It is much easier to help a person in a high-risk situation avoid trafficking than to try and put a human being back together after they’ve been brutalized by traffickers. Individuals, communities, church and charitable organizations must all learn what situations in their own areas put people at risk for trafficking, and work to correct those situations. (more…)

A brick factory in India

A brick factory in India

International Justice Mission [IJM] works around the world to bolster rule of law, fight corruption and help human trafficking victims. In India, human trafficking – both sex trafficking and labor trafficking – is rampant. IJM announced that government officials (who had been trained by and working with IJM) were able to free 333 people from labor trafficking at a brick factory last week.

They [the trafficking victims] lived in tiny, thatched-roof huts. Each couple was responsible to make 2,000 bricks a week; children as young as 12 worked alongside their parents to help meet this enormous quota. (more…)

dark webWe all use search engines every day. Don’t know a word? Google it. Can’t remember exactly what that restaurant’s address was? Yahoo will know.

These search engines (and others) are extremely helpful for our everyday lives; they help us shop, do our jobs, attend to school work and link us to entertainment and games. However, they only scratch the surface of the world wide web. Under that surface is the Dark Web, and it is the playground of human traffickers. Until know, it was nearly impossible to search the Dark Web in order to track down such illegal activity. (more…)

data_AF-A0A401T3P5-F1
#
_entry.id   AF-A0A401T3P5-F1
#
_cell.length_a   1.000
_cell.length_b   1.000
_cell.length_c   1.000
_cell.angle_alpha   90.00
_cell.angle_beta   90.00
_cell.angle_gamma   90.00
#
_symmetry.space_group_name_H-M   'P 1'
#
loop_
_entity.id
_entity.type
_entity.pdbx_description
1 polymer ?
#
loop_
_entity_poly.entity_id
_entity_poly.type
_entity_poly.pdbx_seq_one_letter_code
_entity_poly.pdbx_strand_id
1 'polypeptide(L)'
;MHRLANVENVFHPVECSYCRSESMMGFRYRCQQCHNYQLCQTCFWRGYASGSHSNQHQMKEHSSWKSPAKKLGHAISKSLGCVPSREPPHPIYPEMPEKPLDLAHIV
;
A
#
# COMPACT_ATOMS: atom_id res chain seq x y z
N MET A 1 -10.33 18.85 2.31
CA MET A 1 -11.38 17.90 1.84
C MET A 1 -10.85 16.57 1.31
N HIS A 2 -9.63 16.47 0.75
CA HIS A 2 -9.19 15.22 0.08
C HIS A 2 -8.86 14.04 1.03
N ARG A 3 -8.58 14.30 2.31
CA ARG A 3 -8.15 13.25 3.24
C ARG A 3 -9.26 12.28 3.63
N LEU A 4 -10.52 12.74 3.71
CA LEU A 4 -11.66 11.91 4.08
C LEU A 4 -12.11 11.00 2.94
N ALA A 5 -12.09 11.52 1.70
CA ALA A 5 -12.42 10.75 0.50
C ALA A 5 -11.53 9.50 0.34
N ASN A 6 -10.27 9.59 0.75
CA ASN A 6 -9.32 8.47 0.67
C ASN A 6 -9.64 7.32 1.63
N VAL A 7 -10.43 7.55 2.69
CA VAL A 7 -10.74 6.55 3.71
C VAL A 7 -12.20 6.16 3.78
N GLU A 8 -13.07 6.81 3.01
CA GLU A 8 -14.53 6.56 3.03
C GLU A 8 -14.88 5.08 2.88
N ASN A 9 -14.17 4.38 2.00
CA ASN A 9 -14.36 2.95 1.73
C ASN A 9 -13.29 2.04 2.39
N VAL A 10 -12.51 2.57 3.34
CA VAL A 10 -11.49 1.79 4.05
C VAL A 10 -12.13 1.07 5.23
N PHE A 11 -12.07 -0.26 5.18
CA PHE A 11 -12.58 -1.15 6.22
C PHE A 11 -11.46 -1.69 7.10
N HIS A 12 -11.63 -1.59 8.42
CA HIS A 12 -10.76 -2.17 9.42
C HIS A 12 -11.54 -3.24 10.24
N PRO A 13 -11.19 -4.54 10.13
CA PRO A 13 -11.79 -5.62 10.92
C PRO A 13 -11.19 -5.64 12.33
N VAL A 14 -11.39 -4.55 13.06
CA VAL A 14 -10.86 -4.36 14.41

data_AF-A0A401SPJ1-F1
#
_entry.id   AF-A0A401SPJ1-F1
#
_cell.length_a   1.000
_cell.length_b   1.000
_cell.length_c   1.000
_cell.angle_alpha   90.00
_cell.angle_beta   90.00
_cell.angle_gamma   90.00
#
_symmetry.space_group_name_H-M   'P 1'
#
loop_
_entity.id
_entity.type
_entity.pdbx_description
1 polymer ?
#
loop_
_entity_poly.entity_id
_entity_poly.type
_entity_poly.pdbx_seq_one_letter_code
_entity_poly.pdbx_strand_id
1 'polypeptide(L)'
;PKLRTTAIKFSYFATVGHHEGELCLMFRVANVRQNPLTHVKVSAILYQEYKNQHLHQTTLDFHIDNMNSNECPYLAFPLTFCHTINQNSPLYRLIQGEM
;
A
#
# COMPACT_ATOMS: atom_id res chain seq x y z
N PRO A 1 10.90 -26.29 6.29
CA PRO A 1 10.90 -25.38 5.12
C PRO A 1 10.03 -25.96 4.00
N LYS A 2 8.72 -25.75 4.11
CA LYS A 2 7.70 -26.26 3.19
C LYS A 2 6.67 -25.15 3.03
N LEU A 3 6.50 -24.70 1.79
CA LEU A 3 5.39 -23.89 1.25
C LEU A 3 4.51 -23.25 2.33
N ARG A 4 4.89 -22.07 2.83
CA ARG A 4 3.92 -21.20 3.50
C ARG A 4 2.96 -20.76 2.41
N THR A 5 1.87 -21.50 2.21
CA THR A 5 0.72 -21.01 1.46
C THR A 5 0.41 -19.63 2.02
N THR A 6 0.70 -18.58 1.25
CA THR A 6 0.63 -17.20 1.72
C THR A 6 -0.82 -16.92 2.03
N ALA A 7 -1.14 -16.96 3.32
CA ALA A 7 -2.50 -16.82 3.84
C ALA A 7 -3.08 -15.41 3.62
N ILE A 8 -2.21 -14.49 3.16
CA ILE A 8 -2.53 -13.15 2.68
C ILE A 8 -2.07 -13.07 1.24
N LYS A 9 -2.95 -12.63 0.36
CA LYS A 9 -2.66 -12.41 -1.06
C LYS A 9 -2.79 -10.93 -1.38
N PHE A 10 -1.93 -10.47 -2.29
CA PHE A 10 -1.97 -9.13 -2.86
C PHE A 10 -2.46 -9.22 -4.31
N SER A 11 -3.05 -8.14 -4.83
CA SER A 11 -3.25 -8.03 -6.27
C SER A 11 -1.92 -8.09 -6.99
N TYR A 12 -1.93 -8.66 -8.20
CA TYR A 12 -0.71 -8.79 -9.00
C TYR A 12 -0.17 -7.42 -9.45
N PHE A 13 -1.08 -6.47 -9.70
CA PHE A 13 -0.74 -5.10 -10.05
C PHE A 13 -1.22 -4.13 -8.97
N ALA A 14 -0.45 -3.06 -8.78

labor traffickAs of March 2, 2015, companies that contract with the U.S. federal government must comply with laws aimed at curbing labor trafficking.

According to JDSupra, these laws impact contractors and sub-contractors, a group that includes over 300,000 businesses and organizations. Such organizations will now be required to

  • Prevent severe forms of trafficking and forced labor by taking concrete, preventive steps to ensure employees do not engage in trafficking-related activities.
  • Cooperate with, and provide access to, enforcement agencies investigating compliance with anti-trafficking and forced labor laws.
  • Mandatorily Disclose (or self-report) if it receives any credible information from any source that alleges a contractor employee, subcontractor, or subcontractor employee has engaged in conduct that violates the new FAR provisions.
  • Develop and maintain a detailed compliance plan for contracts for supplies.
  • Annually certify that, when applicable, it has implemented a compliance plan, and that neither it nor its employees engaged in any trafficking-related activities, or, if violations were identified, it has taken appropriate remedial and referral action.

Penalties include termination of contracts, class action suits, and imprisonment for those responsible within these business and organizations for over-site of these requirements.

Read “Groundbreaking Change to Rules for Federal Contractors Aims to Stamp Out Human Trafficking Up and Down the Supply Chain” at JDSupra Business Advisor.